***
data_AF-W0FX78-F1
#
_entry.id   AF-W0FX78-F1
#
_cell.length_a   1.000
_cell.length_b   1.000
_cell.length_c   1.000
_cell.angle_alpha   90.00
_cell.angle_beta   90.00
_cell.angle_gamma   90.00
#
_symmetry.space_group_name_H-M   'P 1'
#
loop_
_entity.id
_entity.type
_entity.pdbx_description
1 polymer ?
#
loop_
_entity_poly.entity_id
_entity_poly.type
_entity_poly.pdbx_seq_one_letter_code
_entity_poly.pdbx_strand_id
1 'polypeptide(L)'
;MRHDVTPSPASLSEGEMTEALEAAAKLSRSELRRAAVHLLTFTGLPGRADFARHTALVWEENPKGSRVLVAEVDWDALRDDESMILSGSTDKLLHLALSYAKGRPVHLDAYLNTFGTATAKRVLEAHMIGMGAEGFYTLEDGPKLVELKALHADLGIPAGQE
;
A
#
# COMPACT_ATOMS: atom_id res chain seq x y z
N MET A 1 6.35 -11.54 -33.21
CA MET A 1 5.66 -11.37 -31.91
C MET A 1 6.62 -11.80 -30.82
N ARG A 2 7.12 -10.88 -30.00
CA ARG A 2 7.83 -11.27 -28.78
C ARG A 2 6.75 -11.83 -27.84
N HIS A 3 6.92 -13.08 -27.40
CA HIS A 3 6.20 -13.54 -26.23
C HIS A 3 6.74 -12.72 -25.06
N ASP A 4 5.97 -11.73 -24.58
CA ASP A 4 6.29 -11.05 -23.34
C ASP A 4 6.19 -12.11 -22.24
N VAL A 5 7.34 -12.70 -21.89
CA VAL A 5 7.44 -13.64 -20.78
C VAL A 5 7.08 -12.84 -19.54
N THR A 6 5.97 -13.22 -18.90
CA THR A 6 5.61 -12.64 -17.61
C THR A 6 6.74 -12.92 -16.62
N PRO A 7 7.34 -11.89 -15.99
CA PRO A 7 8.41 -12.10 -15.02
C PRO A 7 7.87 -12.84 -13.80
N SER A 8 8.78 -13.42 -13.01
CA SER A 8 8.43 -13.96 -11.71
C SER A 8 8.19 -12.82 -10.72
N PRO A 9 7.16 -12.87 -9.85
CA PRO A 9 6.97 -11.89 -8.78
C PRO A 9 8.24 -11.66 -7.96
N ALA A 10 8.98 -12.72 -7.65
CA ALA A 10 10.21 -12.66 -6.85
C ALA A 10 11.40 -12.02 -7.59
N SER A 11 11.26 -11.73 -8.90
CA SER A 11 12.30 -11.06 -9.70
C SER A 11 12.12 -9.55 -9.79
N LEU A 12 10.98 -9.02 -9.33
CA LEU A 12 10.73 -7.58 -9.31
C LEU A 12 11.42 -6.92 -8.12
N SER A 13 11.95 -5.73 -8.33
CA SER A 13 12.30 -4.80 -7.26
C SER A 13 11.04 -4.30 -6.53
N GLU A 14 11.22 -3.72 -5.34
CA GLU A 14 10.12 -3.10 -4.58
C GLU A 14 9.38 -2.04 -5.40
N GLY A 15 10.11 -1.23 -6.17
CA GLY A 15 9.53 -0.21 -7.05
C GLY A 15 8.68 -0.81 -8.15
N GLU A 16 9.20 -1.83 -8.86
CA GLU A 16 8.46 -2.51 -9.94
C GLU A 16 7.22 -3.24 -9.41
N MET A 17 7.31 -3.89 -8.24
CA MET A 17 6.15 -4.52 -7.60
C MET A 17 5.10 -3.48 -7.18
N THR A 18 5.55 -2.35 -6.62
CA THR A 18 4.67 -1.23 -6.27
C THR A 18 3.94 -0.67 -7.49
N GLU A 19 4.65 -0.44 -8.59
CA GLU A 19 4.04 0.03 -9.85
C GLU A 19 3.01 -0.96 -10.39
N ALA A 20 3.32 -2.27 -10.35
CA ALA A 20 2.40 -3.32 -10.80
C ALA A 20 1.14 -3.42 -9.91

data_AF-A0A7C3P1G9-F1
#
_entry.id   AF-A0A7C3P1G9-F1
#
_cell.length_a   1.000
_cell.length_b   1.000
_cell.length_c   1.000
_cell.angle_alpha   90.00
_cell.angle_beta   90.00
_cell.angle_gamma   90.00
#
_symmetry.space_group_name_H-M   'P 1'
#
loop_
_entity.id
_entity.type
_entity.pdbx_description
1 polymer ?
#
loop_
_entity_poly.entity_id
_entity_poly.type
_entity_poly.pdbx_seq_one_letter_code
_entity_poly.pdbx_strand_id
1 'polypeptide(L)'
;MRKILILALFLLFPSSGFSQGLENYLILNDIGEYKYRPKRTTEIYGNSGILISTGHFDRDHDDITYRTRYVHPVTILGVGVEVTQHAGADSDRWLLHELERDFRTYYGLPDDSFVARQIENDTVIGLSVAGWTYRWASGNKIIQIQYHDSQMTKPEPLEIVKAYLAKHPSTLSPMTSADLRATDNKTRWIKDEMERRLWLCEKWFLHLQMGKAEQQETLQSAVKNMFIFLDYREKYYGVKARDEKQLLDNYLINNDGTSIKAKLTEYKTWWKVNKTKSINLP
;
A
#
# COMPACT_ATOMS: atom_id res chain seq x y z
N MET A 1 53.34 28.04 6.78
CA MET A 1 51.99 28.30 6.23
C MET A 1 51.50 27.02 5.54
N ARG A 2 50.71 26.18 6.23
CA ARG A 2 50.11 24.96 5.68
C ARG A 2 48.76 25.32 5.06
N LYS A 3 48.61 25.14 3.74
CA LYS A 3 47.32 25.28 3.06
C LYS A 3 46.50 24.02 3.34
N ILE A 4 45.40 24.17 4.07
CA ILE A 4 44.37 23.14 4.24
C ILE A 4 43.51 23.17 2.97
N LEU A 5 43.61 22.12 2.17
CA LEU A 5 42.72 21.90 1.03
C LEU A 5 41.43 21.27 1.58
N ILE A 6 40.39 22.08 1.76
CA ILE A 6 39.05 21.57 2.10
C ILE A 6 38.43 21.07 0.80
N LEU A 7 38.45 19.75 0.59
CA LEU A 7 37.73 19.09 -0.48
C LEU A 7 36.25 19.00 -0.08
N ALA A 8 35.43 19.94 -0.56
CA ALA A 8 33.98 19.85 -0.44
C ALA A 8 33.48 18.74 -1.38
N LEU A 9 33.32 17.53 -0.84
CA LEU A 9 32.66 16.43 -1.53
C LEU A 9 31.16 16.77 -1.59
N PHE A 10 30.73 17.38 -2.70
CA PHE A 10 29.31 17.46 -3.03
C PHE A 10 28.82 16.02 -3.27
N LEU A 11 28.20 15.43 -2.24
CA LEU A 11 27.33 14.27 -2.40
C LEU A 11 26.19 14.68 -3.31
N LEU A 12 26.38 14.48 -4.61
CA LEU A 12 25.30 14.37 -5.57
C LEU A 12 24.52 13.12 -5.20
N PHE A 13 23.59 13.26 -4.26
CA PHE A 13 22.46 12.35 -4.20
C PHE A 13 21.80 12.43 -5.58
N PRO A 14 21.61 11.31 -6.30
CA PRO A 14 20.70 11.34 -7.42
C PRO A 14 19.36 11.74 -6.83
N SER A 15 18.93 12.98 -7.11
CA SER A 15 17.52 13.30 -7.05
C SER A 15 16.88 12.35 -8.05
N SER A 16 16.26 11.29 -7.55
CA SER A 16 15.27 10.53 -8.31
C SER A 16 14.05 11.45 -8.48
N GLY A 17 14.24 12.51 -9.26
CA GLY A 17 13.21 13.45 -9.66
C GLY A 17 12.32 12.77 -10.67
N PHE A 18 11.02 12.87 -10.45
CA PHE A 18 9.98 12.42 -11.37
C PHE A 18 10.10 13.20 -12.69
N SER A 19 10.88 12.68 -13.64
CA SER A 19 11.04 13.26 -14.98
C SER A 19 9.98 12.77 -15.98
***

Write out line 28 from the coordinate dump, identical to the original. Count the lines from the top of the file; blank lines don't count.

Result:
A